Storybook illustration of the three bears in Goldilocks fairytale

A Goldilocks Economy and the Real Story of the Three Bears


Written by Angela Roberts

Aug 10, 2018

What if I told you that Goldilocks was not a fair-haired child but rather a horrid old woman apparently up to no good? What if I told you that the three bears were not as high-minded as they’re often portrayed but rather wild, ravenous, and a bit vindictive?

In the Goldilocks tale first published by Robert Southey in 1837, called “The Story of the Three Bears,” the Great, Huge Bear; Middle-sized Bear; and Little, Small, Wee Bear go off into the woods while their porridge is cooling. Shortly thereafter, an old woman comes upon their house:

“She could not have been a good, honest old Woman; for first she looked in at the window, and then she peeped in at the keyhole; and seeing nobody in the house, she lifted the latch.”

The woman does, in fact, try various bowls of porridge, the chairs, and the beds before jumping out the window and running back into the forest. In some versions of the tale, the bears chase her. In other versions, they drown her, and in still others, they impale her on the steeple on top of St. Paul’s Cathedral.

While the moral of the story involves respect for boundaries and personal property, it is also a commentary on things being in balance, i.e., not too hot or cold, too hard or soft, too high or low. These notions of parity and evenness are routinely applied to fiscal matters, and in a “Goldilocks Economy,” things are deemed “just right.”

Investopedia defines a Goldilocks Economy as one that is “not so hot that it causes inflation, and not so cold that it causes a recession.” It is often characterized by “a low unemployment rate, increasing asset prices, low interest rates, brisk but steady GDP growth, and low inflation.”

We’re currently thought to be in this type of idyllic place—job creation is up, the markets are on a historic run, home prices are soaring, Fed policy remains accommodative, GDP is rising, and inflation rates are holding steady.

But the belief that the economy can truly be “just right” is foolhardy. As a matter of fact, it can be downright dangerous. In early February 2007, The Wall Street Journal published a now-haunting opinion piece, The Goldilocks Economy: Can it Last?” It reads, in part:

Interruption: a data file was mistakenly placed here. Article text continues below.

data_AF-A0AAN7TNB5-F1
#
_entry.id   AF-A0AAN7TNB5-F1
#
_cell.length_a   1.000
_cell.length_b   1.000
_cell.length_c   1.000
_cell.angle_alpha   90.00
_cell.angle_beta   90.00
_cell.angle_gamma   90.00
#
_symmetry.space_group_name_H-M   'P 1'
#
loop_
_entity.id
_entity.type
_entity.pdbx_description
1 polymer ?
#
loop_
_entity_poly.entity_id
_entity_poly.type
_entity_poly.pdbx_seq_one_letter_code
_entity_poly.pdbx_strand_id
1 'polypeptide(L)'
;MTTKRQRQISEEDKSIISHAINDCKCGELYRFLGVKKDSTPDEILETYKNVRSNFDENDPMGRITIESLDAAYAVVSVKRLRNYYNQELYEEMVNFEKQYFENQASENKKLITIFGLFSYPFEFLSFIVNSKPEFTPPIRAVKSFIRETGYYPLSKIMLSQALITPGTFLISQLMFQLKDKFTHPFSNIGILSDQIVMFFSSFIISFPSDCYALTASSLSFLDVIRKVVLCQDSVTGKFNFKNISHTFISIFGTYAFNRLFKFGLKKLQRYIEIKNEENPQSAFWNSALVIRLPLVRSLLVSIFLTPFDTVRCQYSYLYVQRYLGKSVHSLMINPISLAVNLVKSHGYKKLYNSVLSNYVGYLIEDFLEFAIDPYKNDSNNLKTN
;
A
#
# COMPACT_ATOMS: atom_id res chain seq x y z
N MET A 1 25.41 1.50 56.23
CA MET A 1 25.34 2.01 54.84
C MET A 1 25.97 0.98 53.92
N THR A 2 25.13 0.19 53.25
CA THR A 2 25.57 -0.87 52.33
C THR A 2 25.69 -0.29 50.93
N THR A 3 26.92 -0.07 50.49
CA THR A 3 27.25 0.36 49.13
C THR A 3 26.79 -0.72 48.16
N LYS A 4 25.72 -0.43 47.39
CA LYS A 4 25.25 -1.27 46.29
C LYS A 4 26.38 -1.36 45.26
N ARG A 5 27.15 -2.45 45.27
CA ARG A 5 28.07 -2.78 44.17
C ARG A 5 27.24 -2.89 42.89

“This past week produced a string of good news for the U.S. economy. Gross domestic product, the most closely watched barometer of growth, expanded by a healthy 3.5% annual rate in the fourth quarter. Inflation worries eased, as the Federal Reserve's preferred inflation gauge rose at an annual rate of only 2.1% in the quarter. The central bank responded by leaving interest rates unchanged, helping to drive the stock market to record highs.”

Needless to say, it didn’t last. In the months that followed, a crippling housing crisis emerged, countless mortgage lenders went belly up, billions in hedge funds were liquidated, the foreclosure rate almost doubled, and the country slipped into one of the worst recessions in modern history.

In a world teeming with volatility and risk, there are few moments when things are truly “just right.” Unemployment can run too low, the markets can surge too high, bubbles can form, and unforeseen hazards can blindside the economy.

We must look beyond the fables and folk tales to the real-life cycles of booms and busts, feasts and famines, profits and losses, where Goldilocks is actually an old hag, the porridge is rarely perfect, beds are never right, bears are more likely to chase us, and history almost always repeats itself.

The only way to truly live happily ever after is quite simply to prepare for it. Understanding allegory is one way. Owning physical gold as a store of wealth is another.


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